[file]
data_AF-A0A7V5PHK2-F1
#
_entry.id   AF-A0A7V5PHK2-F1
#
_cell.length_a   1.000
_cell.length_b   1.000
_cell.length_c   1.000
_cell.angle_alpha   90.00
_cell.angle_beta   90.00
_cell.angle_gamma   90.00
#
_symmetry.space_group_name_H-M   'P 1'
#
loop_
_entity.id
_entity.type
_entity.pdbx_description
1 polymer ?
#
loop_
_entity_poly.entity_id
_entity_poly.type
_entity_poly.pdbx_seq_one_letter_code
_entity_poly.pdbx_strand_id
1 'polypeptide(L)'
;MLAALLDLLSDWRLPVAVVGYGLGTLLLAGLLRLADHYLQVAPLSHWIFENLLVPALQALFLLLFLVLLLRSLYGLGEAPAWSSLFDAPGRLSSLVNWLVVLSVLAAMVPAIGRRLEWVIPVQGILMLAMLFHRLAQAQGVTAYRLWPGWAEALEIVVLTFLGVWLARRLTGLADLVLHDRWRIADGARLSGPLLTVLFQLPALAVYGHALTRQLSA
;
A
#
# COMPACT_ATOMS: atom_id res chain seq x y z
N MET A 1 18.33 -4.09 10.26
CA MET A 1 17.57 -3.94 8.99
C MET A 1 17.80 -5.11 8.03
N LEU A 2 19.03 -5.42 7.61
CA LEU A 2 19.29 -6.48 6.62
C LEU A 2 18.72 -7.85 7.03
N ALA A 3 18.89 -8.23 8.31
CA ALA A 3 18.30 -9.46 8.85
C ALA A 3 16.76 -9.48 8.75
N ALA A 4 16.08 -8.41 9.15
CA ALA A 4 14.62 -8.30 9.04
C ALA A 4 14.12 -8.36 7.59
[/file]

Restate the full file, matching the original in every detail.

data_AF-A0A7V5PHK2-F1
#
_entry.id   AF-A0A7V5PHK2-F1
#
_cell.length_a   1.000
_cell.length_b   1.000
_cell.length_c   1.000
_cell.angle_alpha   90.00
_cell.angle_beta   90.00
_cell.angle_gamma   90.00
#
_symmetry.space_group_name_H-M   'P 1'
#
loop_
_entity.id
_entity.type
_entity.pdbx_description
1 polymer ?
#
loop_
_entity_poly.entity_id
_entity_poly.type
_entity_poly.pdbx_seq_one_letter_code
_entity_poly.pdbx_strand_id
1 'polypeptide(L)'
;MLAALLDLLSDWRLPVAVVGYGLGTLLLAGLLRLADHYLQVAPLSHWIFENLLVPALQALFLLLFLVLLLRSLYGLGEAPAWSSLFDAPGRLSSLVNWLVVLSVLAAMVPAIGRRLEWVIPVQGILMLAMLFHRLAQAQGVTAYRLWPGWAEALEIVVLTFLGVWLARRLTGLADLVLHDRWRIADGARLSGPLLTVLFQLPALAVYGHALTRQLSA
;
A
#
# COMPACT_ATOMS: atom_id res chain seq x y z
N MET A 1 18.33 -4.09 10.26
CA MET A 1 17.57 -3.94 8.99
C MET A 1 17.80 -5.11 8.03
N LEU A 2 19.03 -5.42 7.61
CA LEU A 2 19.29 -6.48 6.62
C LEU A 2 18.72 -7.85 7.03
N ALA A 3 18.89 -8.23 8.31
CA ALA A 3 18.30 -9.46 8.85
C ALA A 3 16.76 -9.48 8.75
N ALA A 4 16.08 -8.41 9.15
CA ALA A 4 14.62 -8.30 9.04
C ALA A 4 14.12 -8.36 7.59